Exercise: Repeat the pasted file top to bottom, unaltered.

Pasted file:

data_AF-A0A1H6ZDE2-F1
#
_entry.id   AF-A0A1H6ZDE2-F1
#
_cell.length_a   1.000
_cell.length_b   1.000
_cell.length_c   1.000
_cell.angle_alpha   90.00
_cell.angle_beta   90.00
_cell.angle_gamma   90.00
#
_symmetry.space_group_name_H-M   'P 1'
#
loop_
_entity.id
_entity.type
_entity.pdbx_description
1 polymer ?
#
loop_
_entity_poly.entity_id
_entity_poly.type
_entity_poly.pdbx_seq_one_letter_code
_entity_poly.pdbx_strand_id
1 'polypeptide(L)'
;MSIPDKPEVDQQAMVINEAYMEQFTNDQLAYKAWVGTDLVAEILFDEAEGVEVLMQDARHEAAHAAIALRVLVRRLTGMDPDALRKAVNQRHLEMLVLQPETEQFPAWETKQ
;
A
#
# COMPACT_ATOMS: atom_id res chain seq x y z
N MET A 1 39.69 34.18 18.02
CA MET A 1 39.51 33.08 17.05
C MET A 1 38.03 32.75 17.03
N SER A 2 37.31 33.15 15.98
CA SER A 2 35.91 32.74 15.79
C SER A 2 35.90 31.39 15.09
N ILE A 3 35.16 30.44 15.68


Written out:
data_AF-A0A1H6ZDE2-F1
#
_entry.id   AF-A0A1H6ZDE2-F1
#
_cell.length_a   1.000
_cell.length_b   1.000
_cell.length_c   1.000
_cell.angle_alpha   90.00
_cell.angle_beta   90.00
_cell.angle_gamma   90.00
#
_symmetry.space_group_name_H-M   'P 1'
#
loop_
_entity.id
_entity.type
_entity.pdbx_description
1 polymer ?
#
loop_
_entity_poly.entity_id
_entity_poly.type
_entity_poly.pdbx_seq_one_letter_code
_entity_poly.pdbx_strand_id
1 'polypeptide(L)'
;MSIPDKPEVDQQAMVINEAYMEQFTNDQLAYKAWVGTDLVAEILFDEAEGVEVLMQDARHEAAHAAIALRVLVRRLTGMDPDALRKAVNQRHLEMLVLQPETEQFPAWETKQ
;
A
#
# COMPACT_ATOMS: atom_id res chain seq x y z
N MET A 1 39.69 34.18 18.02
CA MET A 1 39.51 33.08 17.05
C MET A 1 38.03 32.75 17.03
N SER A 2 37.31 33.15 15.98
CA SER A 2 35.91 32.74 15.79
C SER A 2 35.90 31.39 15.09
N ILE A 3 35.16 30.44 15.68